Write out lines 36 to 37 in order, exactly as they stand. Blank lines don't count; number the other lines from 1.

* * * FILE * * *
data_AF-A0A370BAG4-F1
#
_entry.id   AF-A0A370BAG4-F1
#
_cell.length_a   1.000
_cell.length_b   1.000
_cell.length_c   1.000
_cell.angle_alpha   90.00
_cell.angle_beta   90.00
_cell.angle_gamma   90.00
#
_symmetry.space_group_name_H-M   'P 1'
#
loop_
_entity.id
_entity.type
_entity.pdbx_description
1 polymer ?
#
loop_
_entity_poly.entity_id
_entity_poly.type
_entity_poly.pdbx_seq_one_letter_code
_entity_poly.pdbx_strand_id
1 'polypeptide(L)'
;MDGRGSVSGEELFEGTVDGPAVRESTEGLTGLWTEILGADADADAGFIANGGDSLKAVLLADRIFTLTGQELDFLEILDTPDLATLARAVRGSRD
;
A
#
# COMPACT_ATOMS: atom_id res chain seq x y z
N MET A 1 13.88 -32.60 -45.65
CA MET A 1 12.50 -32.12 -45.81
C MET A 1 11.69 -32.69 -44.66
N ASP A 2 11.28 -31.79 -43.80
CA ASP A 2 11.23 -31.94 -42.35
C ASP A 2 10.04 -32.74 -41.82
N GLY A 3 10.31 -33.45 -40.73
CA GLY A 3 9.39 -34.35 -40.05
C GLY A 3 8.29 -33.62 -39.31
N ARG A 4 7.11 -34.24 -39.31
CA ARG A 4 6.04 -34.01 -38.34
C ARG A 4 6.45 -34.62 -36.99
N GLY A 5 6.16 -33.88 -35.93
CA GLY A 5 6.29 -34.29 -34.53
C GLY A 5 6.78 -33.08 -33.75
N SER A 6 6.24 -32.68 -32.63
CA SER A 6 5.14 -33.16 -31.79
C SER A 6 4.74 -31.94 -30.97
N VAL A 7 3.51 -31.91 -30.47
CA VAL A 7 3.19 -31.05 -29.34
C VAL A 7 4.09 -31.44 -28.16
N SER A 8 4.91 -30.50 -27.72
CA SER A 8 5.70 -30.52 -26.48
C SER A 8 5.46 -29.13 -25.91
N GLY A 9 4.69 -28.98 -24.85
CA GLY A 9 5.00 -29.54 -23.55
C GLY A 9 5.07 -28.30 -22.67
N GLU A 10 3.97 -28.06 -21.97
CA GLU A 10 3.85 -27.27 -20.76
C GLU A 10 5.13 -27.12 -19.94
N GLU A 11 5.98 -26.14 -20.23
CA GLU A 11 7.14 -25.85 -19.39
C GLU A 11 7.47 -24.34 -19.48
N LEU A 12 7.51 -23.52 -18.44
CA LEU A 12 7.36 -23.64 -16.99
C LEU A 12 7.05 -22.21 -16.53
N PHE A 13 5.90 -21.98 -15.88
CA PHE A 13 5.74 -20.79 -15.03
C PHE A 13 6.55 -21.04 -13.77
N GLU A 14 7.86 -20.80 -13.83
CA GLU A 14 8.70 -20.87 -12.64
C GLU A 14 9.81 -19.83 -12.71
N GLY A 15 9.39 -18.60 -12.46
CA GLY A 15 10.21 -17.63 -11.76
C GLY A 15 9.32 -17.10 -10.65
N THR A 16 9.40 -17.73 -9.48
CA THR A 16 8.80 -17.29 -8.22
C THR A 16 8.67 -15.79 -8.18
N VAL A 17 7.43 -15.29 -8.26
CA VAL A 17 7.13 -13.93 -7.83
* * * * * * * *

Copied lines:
C ASP A 2 10.04 -32.74 -41.82
N GLY A 3 10.31 -33.45 -40.73